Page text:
Murray has 20 total touchdowns to seven turnovers, wearing down defences with his ability to extend plays and creating something from nothing on plenty of opportunities. His connection with head coach Kliff Kingsbury would be difficult to replicate; and Murray’s accuracy, despite a game-deciding interception vs. Green Bay last week, has impressed. Pairing the athleticism that vaunted Murray to the top overall draft pick, with the system command that has blossomed this season, has been powerful. Here’s to Murray’s ankle fully healing over the team’s Thanksgiving bye, so NFL fans – and no doubt a hoard of eager fantasy GMs – can see Murray’s full capabilities in late-season matchups with NFC contenders like the Rams and Cowboys, and into the postseason.
I’m going in sort of a weird direction, but I remain amazed at what he’s doing, and in many ways his remarkable season remains underplayed. The answer is Rams wide receiver Cooper Kupp.
Kupp leads the NFL in targets, receptions, receiving yards and touchdowns. According to NFL Research, he’s the first player in the Super Bowl era with 900 yards receiving and 10 receiving touchdowns in the first eight games.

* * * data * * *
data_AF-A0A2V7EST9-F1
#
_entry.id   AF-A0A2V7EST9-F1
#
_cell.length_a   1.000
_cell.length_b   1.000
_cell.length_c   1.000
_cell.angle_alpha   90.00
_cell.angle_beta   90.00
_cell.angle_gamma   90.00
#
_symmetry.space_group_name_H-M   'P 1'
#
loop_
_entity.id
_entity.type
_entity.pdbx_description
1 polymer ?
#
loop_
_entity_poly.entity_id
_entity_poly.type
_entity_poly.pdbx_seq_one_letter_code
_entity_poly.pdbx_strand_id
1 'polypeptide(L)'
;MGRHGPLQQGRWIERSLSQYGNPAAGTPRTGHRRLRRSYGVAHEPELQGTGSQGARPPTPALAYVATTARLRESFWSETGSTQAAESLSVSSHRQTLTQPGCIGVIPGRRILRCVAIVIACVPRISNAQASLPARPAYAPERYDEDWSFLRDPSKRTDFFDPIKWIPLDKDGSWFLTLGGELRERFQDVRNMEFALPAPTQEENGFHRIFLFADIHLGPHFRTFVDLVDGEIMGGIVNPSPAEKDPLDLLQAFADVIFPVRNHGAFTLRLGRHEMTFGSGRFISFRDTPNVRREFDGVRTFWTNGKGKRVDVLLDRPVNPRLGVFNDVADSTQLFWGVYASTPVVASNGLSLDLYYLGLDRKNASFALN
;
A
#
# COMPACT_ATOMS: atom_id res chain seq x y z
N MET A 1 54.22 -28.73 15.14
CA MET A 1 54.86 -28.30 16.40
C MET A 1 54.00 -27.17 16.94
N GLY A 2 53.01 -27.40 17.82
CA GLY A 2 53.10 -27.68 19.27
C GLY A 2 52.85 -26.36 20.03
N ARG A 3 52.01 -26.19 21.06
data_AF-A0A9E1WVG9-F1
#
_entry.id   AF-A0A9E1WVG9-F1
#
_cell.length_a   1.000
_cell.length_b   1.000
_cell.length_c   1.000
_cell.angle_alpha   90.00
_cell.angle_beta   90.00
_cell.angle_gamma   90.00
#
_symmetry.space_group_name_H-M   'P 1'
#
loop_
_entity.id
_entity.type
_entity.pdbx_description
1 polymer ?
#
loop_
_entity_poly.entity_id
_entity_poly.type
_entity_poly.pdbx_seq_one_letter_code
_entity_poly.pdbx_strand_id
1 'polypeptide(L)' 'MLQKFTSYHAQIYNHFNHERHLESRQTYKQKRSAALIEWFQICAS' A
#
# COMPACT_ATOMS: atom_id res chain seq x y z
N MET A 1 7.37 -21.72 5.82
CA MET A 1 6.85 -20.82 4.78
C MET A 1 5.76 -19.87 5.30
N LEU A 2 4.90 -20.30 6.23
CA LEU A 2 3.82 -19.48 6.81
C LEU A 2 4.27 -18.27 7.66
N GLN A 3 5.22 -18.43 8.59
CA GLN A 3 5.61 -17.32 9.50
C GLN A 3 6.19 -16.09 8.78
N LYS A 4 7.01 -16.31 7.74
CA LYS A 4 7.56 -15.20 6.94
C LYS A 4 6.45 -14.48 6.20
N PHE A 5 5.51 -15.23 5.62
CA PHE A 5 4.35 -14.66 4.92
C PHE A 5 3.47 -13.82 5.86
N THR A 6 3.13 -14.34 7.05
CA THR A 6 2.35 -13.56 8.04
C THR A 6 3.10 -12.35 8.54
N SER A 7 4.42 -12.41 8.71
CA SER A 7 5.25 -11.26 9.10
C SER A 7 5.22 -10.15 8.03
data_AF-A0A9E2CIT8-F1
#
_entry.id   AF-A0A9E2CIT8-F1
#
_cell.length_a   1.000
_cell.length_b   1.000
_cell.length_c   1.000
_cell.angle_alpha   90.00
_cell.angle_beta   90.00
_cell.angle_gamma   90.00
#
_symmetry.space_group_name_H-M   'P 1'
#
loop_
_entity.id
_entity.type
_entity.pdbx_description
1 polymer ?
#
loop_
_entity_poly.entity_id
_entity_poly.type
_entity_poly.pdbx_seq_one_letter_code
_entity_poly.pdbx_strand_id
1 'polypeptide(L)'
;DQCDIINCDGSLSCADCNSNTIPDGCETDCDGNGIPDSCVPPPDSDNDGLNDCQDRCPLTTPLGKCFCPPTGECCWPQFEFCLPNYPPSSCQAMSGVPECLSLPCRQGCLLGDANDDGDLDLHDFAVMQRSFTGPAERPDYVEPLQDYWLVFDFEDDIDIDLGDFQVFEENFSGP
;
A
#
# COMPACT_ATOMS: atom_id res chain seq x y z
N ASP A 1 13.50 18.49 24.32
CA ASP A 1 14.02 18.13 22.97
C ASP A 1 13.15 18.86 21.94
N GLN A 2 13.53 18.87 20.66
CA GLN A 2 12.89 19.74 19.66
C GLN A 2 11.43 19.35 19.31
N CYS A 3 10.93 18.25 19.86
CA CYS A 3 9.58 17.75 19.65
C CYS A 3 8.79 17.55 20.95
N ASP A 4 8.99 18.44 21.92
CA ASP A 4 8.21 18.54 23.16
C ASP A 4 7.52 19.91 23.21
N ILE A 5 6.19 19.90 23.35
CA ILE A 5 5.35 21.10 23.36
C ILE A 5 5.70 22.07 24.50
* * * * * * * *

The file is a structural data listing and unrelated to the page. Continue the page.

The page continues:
One of the true metrics of a great player is when a team dedicates numerous resources to stop the player, and it still can’t. That was the case with Derrick Henry and it’s the case with Kupp. Yes, he’s part of an explosive offense, but few receivers right now scare defences the way he does.
Without Kupp, the Rams’ offense would be solid. With him, it’s often unstoppable.
I guess I’ll say Tom Brady. If he were to get injured, the Bucs would have to turn to Blaine Gabbert, who has a career record of 13-35 and hasn't started a game since 2018. The Bucs would return to the ranks of the league's basement dwellers, just as they were before Brady left New England.
My pick is going to be, perhaps, a surprising one because he has struggled at times. But I think it has to be Patrick Mahomes of the Chiefs. Yes, Kansas City (4-4) has struggled with several issues on offense: pass protection, ball security, slow starts. But think about just how lost this team might be if it wasn’t for Mahomes. In unison with coach Andy Reid and offensive coordinator Eric Bieniemy — two of the most gifted offensive minds in the NFL — Mahomes hasn’t quite been able to mask Kansas City’s deficiencies this year, but he has at least been able to lessen them.
That’s not to say that Mahomes isn’t above criticism. He needs to perform better when teams drop back two deep safeties and he also needs to avoid making critical mistakes and forced throws; despite ranking fourth in the NFL in passing touchdowns (19), he also leads the league with 10 interceptions. And while the Chiefs are loaded with talented skill position players, Mahomes still can put his teammates in position to score on any given play. That, so far, has been enough to keep Kansas City from succumbing to a lost season.